This counts as another step in my journey, right? I’m shaking as I type these final words so it must be.

Several of you have been here for me from the start. Whenever I doubted myself, you didn’t. When I sucked at accepting your generous gifts, you forgave me and kept giving. You listened to me and you kept pushing me to this place, gently. Thank you.




14 responses to “About that being too dependent part…. (Blog)”

  1. 10a 💜🇧🇪

    Thanks for Sharing Sigrid, it is wonderfull that you present your work openly and freely. All contribute to their possibility. And I feel you have found a better balance for yourself a more healthy one in more ways than one which I greatly admire. It show great inner strength ✊🏻

    1. Sigrid

      Thank you, Bettina! 🤗

  2. JDavis💚

    Wow…. So much to say!!!! But first is that you continue to amaze me in so many ways. Your willingness to look inside, to examine and assess honestly and then share so much that you hold dear. You are a true example of living an authentic life with all of the bumps, bruises and ultimate successes that it brings. I love you so much Sigrid.

    You said something that really struck me….”A circle of giving and giving back and giving.” This is a brilliant description! To me this is the perfect name for your business model. While not conventional it is accurate and I think it is great. To openly and proudly say, “I am doing things differently; a way that embraces the world as I want it to be.” So we your fans don’t have to push through a pay wall but you are also welcoming our support for those willing to give it.

    And I am glad that you are comfortable with a biweekly schedule regardless of funding level. Again, your ability to recognize your truth and act on it is amazing and inspiring for me to do the same.

    Thank you so much for sharing and allow us the privilege to listen and comment.

    1. Sigrid

      Thank you for all your kind words. In this comment and the one on the first post! I love you too and I am so grateful to know you.

      I think I need to give credit for the circle concept to Amanda Palmer. I read her book and she’s big on the circle of life or giving concept. I highly recommend the book.

      What her book did for me: give me a language for concepts and beliefs I already had. Having a language is crucial to fully embrace them, though. Or to fully express them!

  3. Melgrj7

    It can be hard to view work that isn’t typical work as… work. It makes things weird. I’ve been dog walking and pet sitting for like 10 years and I still have to remind myself that it is indeed a job. It took me years to not feel weird about people paying me. I still struggle with it. I used to sell prints of my artwork and had the same hang-ups.

    And I try to run my business in a way I can feel good about. For example, I don’t charge for emergencies. Like when a client called me in a panic because her wife was in a city an hour and a half away and was rushed to the hospital after sustaining a head injury. I went and stayed with the dogs and I don’t like to make money off the misfortune of others so I didn’t charge them. People tell me I’m dumb for doing things like that. Business is business and it’s too make money. But it doesn’t have to be and I can do my best to live in a way I would like the world to be.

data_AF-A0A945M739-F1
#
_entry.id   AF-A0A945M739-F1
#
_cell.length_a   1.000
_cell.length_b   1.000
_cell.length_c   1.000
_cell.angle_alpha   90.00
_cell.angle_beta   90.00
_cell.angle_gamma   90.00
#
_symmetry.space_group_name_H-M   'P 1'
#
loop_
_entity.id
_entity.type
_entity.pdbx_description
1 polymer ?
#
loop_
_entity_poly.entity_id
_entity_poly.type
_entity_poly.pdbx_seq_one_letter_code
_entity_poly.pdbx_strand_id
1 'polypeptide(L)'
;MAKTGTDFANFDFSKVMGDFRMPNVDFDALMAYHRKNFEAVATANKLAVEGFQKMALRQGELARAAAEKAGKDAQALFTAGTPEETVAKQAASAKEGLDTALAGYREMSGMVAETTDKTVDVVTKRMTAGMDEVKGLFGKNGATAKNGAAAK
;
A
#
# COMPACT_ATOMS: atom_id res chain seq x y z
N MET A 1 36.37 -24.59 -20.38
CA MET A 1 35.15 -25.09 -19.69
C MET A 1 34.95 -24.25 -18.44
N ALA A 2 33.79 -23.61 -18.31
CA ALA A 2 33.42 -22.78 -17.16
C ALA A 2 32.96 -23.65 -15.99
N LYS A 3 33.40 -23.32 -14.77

So different situation but I guess I’m trying to say that I can kind of empathize and understand a little bit. I dunno if any of that made sense or conveyed what I’m trying to say 🤦

    I love your work and I love that you are doing things in a way that you feel good about. I think it’s awesome that you put it out there for free for all to enjoy and that that is something that is important to you.

    1. Sigrid

      Ooooh, I totally get the not charging! I think I would feel and do exactly the same.

  4. Sarah

    Thank you Sigrid.
    You share kindness, understanding, and joy in dialogue that proves this over and over again. A trust you continue to earn. Big understanding zen hug available electronically when you need one because you walk the path of my belief.

    1. Sigrid

      Thank you. *big smile*

  5. Stewart

    Wow you a woman of wisdom. This is your road and who knows how it will wind up ahead, but you will always walk it with pride and not shame. If you were in the same city/country as me, then I would definately enjoy meeting for coffee becuase most people don’t impress me but I enjoy your work and your words. In essance, I enjoy you. So thank you for your work and giving attitude.

    1. Sigrid

      *blushes* Thank you for those kind words. I hope we get to meet for coffee one day!

  6. Meg

    You are all kinds of beautiful, talented, loving, intelligent, spectacular crazy 😜! I have, really, I have never, ever, thought during my entire time
    on the TLR community any thing but kindness, thoughtfulness and honesty! I’m not trying to blow smoke up your a** here but as an older 😉 individual, it’s refreshing, and what I want to see in the future of my child as well! You have my respect ✊🏻 not always easy for me too give out to many people. Also, sorry I haven’t read this sooner, please believe that my life experiences lately have diminished my searching and reading for anything past the community timeline, I am ever behind on my episodes 😱, which is not me. Love ❤️ You Meg

    1. Sigrid

      *blushes* Well, I don’t know what to say after so many kind words. Thank you, Meg. Much love right back at you and your delightful ladies (Morgan and grandma included!) ♥️

  7. Anna

    Wauw, thank you for sharing above, it is a strength to open up like that. You’re a beautiful person!

    1. Sigrid

      *blushes again* Thank you, Anna.

Leave a Reply